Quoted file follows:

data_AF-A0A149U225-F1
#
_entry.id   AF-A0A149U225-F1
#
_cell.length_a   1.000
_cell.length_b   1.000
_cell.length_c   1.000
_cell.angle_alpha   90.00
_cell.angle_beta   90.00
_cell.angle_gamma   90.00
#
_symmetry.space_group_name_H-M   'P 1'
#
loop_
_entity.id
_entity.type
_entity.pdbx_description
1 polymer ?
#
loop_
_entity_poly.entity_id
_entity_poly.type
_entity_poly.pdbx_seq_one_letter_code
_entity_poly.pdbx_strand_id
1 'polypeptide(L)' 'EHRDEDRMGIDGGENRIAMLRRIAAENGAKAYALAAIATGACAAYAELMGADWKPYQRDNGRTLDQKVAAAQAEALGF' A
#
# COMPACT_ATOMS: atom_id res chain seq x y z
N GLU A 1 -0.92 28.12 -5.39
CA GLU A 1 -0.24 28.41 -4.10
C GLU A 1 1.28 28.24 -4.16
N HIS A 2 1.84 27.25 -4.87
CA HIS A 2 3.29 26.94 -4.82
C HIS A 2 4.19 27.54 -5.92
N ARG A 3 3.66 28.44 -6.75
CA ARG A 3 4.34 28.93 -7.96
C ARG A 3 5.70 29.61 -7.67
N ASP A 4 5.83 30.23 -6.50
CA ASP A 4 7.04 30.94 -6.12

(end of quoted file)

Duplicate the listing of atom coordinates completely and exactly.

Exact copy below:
data_AF-A0A149U225-F1
#
_entry.id   AF-A0A149U225-F1
#
_cell.length_a   1.000
_cell.length_b   1.000
_cell.length_c   1.000
_cell.angle_alpha   90.00
_cell.angle_beta   90.00
_cell.angle_gamma   90.00
#
_symmetry.space_group_name_H-M   'P 1'
#
loop_
_entity.id
_entity.type
_entity.pdbx_description
1 polymer ?
#
loop_
_entity_poly.entity_id
_entity_poly.type
_entity_poly.pdbx_seq_one_letter_code
_entity_poly.pdbx_strand_id
1 'polypeptide(L)' 'EHRDEDRMGIDGGENRIAMLRRIAAENGAKAYALAAIATGACAAYAELMGADWKPYQRDNGRTLDQKVAAAQAEALGF' A
#
# COMPACT_ATOMS: atom_id res chain seq x y z
N GLU A 1 -0.92 28.12 -5.39
CA GLU A 1 -0.24 28.41 -4.10
C GLU A 1 1.28 28.24 -4.16
N HIS A 2 1.84 27.25 -4.87
CA HIS A 2 3.29 26.94 -4.82
C HIS A 2 4.19 27.54 -5.92
N ARG A 3 3.66 28.44 -6.75
CA ARG A 3 4.34 28.93 -7.96
C ARG A 3 5.70 29.61 -7.67
N ASP A 4 5.83 30.23 -6.50
CA ASP A 4 7.04 30.94 -6.12